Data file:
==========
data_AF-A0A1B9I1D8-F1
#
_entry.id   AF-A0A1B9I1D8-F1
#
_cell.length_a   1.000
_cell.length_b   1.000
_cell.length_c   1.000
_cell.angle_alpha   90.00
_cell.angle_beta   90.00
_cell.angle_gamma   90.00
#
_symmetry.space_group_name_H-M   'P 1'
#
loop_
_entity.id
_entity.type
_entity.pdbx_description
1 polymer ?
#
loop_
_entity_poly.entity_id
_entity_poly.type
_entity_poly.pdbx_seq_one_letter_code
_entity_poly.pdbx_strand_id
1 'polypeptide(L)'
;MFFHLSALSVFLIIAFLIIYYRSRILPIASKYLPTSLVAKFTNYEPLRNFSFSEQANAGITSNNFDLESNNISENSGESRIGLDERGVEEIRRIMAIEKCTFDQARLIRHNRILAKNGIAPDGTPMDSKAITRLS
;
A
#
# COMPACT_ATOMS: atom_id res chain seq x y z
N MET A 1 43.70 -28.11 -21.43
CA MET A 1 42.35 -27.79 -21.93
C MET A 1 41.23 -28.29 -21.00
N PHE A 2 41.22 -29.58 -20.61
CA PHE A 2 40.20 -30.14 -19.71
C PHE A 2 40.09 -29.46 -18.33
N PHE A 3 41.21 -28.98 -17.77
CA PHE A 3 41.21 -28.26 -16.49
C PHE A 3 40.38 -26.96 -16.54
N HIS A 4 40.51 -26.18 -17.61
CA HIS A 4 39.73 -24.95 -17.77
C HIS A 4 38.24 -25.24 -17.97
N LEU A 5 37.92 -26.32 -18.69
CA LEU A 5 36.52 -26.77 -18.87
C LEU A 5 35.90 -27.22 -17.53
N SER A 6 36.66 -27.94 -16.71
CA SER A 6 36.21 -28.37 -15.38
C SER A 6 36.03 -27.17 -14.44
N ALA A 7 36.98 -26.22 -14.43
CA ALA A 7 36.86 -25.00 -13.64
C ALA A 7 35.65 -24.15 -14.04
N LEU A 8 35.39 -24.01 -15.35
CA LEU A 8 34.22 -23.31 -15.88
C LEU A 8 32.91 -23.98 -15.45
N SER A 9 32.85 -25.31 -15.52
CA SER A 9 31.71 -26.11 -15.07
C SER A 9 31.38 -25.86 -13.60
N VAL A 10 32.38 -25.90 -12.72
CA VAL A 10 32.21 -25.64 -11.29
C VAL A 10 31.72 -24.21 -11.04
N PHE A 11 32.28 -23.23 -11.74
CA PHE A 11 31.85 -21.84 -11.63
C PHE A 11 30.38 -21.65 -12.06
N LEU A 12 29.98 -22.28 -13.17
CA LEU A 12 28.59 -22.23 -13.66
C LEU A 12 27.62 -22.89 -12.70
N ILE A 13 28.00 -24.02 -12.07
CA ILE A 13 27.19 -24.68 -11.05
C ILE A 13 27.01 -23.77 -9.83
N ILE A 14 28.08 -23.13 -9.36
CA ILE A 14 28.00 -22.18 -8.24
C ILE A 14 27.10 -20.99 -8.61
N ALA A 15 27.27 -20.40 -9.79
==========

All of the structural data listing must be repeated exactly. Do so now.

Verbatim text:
data_AF-A0A1B9I1D8-F1
#
_entry.id   AF-A0A1B9I1D8-F1
#
_cell.length_a   1.000
_cell.length_b   1.000
_cell.length_c   1.000
_cell.angle_alpha   90.00
_cell.angle_beta   90.00
_cell.angle_gamma   90.00
#
_symmetry.space_group_name_H-M   'P 1'
#
loop_
_entity.id
_entity.type
_entity.pdbx_description
1 polymer ?
#
loop_
_entity_poly.entity_id
_entity_poly.type
_entity_poly.pdbx_seq_one_letter_code
_entity_poly.pdbx_strand_id
1 'polypeptide(L)'
;MFFHLSALSVFLIIAFLIIYYRSRILPIASKYLPTSLVAKFTNYEPLRNFSFSEQANAGITSNNFDLESNNISENSGESRIGLDERGVEEIRRIMAIEKCTFDQARLIRHNRILAKNGIAPDGTPMDSKAITRLS
;
A
#
# COMPACT_ATOMS: atom_id res chain seq x y z
N MET A 1 43.70 -28.11 -21.43
CA MET A 1 42.35 -27.79 -21.93
C MET A 1 41.23 -28.29 -21.00
N PHE A 2 41.22 -29.58 -20.61
CA PHE A 2 40.20 -30.14 -19.71
C PHE A 2 40.09 -29.46 -18.33
N PHE A 3 41.21 -28.98 -17.77
CA PHE A 3 41.21 -28.26 -16.49
C PHE A 3 40.38 -26.96 -16.54
N HIS A 4 40.51 -26.18 -17.61
CA HIS A 4 39.73 -24.95 -17.77
C HIS A 4 38.24 -25.24 -17.97
N LEU A 5 37.92 -26.32 -18.69
CA LEU A 5 36.52 -26.77 -18.87
C LEU A 5 35.90 -27.22 -17.53
N SER A 6 36.66 -27.94 -16.71
CA SER A 6 36.21 -28.37 -15.38
C SER A 6 36.03 -27.17 -14.44
N ALA A 7 36.98 -26.22 -14.43
CA ALA A 7 36.86 -25.00 -13.64
C ALA A 7 35.65 -24.15 -14.04
N LEU A 8 35.39 -24.01 -15.35
CA LEU A 8 34.22 -23.31 -15.88
C LEU A 8 32.91 -23.98 -15.45
N SER A 9 32.85 -25.31 -15.52
CA SER A 9 31.71 -26.11 -15.07
C SER A 9 31.38 -25.86 -13.60
N VAL A 10 32.38 -25.90 -12.72
CA VAL A 10 32.21 -25.64 -11.29
C VAL A 10 31.72 -24.21 -11.04
N PHE A 11 32.28 -23.23 -11.74
CA PHE A 11 31.85 -21.84 -11.63
C PHE A 11 30.38 -21.65 -12.06
N LEU A 12 29.98 -22.28 -13.17
CA LEU A 12 28.59 -22.23 -13.66
C LEU A 12 27.62 -22.89 -12.70
N ILE A 13 28.00 -24.02 -12.07
CA ILE A 13 27.19 -24.68 -11.05
C ILE A 13 27.01 -23.77 -9.83
N ILE A 14 28.08 -23.13 -9.36
CA ILE A 14 28.00 -22.18 -8.24
C ILE A 14 27.10 -20.99 -8.61
N ALA A 15 27.27 -20.40 -9.79